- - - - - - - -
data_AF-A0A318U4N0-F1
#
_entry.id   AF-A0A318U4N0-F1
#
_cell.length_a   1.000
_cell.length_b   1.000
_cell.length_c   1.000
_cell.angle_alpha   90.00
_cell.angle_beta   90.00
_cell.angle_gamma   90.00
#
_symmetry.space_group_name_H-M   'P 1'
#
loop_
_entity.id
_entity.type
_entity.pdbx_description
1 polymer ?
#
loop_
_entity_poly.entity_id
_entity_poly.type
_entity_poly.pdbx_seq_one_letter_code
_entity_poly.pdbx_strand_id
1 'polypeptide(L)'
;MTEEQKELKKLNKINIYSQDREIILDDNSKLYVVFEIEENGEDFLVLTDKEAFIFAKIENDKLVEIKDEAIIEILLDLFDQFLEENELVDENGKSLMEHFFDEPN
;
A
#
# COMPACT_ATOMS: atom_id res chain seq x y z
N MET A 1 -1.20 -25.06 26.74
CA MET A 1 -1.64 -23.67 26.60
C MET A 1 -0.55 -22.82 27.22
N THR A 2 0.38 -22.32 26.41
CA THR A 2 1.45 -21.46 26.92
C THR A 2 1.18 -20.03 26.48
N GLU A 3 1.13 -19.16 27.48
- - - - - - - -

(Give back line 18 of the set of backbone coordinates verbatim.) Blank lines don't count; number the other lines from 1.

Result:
1 polymer ?